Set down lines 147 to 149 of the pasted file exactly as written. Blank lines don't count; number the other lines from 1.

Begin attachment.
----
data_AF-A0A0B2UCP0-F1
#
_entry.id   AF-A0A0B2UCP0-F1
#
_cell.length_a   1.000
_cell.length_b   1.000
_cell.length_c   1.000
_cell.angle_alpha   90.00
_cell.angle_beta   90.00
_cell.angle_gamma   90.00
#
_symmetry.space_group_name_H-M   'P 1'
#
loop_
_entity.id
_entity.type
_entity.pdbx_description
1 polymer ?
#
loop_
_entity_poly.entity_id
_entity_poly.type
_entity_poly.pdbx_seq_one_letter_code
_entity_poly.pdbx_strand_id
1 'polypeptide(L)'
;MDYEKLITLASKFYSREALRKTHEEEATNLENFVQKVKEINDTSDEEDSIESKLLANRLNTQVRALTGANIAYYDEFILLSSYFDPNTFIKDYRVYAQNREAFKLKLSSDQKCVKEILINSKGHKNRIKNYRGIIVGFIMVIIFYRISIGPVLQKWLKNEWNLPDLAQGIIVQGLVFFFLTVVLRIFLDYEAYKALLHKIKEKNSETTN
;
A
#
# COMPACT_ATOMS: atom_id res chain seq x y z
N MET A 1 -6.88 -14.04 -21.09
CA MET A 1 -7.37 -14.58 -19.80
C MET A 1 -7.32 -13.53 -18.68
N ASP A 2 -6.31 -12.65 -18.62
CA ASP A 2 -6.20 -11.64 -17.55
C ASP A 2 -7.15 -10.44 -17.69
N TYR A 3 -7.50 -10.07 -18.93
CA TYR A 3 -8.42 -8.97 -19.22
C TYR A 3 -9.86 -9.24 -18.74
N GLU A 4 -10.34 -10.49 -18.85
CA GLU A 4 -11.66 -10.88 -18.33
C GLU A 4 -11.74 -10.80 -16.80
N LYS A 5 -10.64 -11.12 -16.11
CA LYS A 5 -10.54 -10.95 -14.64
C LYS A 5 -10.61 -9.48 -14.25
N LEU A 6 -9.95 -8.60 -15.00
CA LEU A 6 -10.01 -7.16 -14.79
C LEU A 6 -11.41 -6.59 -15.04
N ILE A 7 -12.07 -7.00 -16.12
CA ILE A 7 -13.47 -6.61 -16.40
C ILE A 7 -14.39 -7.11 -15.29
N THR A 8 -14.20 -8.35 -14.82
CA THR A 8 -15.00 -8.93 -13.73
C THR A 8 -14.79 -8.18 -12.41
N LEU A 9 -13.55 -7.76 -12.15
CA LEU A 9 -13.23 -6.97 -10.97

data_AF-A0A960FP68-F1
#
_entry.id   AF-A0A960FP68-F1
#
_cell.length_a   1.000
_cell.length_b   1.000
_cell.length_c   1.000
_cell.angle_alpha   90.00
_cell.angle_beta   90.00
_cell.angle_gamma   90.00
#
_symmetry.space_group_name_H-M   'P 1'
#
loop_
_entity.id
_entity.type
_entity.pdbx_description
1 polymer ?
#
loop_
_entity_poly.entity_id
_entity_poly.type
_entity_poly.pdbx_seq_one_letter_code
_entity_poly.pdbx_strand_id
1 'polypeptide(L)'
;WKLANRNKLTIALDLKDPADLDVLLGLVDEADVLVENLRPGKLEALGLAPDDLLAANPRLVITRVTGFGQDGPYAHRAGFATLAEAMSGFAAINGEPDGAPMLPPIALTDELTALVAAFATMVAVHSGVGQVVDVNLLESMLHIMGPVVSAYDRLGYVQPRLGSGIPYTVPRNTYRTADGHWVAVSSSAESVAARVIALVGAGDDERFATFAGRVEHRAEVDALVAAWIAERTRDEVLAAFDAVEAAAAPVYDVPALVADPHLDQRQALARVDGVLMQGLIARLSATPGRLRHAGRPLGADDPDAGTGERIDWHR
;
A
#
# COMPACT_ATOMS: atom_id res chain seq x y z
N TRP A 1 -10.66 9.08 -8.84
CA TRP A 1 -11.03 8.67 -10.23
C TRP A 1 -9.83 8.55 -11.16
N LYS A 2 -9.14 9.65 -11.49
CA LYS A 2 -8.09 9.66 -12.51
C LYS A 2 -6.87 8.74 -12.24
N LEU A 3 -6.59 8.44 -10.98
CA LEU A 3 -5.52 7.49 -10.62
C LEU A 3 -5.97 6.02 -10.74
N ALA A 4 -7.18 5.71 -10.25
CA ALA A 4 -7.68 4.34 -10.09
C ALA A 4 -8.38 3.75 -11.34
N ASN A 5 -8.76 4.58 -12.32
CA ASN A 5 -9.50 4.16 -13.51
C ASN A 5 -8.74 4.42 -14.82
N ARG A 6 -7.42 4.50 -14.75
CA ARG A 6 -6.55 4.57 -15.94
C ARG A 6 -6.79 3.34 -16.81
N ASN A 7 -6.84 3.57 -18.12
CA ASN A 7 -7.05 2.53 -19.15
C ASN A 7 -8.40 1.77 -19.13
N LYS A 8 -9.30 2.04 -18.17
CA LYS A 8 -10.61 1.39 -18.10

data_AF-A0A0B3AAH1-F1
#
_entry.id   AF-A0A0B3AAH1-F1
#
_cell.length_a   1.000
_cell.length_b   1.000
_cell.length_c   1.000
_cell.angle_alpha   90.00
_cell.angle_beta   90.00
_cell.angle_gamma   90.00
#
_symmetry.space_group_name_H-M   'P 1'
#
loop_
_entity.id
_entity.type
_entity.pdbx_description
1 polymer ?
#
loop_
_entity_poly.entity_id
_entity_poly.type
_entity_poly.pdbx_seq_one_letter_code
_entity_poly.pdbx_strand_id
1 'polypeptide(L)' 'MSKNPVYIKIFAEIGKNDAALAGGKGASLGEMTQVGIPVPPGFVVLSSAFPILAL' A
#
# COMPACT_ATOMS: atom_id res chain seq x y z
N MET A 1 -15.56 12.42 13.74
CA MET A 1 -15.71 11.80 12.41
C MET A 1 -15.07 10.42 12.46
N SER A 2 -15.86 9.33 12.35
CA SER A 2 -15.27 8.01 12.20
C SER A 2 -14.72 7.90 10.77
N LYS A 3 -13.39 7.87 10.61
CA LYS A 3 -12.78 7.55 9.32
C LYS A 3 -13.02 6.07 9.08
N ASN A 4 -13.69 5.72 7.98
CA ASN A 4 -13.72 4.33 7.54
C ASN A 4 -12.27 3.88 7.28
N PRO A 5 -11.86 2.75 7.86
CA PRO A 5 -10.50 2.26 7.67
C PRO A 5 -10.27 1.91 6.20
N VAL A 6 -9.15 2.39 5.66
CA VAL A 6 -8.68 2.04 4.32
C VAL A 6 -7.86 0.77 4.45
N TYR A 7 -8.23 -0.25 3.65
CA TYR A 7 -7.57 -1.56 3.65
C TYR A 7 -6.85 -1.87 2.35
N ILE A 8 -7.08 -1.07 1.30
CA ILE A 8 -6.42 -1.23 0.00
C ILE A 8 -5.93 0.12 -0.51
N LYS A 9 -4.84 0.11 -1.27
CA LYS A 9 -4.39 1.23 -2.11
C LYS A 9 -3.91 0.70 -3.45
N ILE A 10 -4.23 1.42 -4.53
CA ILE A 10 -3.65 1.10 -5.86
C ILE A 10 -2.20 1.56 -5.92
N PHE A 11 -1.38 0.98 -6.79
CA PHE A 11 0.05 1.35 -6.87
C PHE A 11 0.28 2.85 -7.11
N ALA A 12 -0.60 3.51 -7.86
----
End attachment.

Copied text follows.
CA ASN A 4 -13.72 4.33 7.54
C ASN A 4 -12.27 3.88 7.28
N PRO A 5 -11.86 2.75 7.86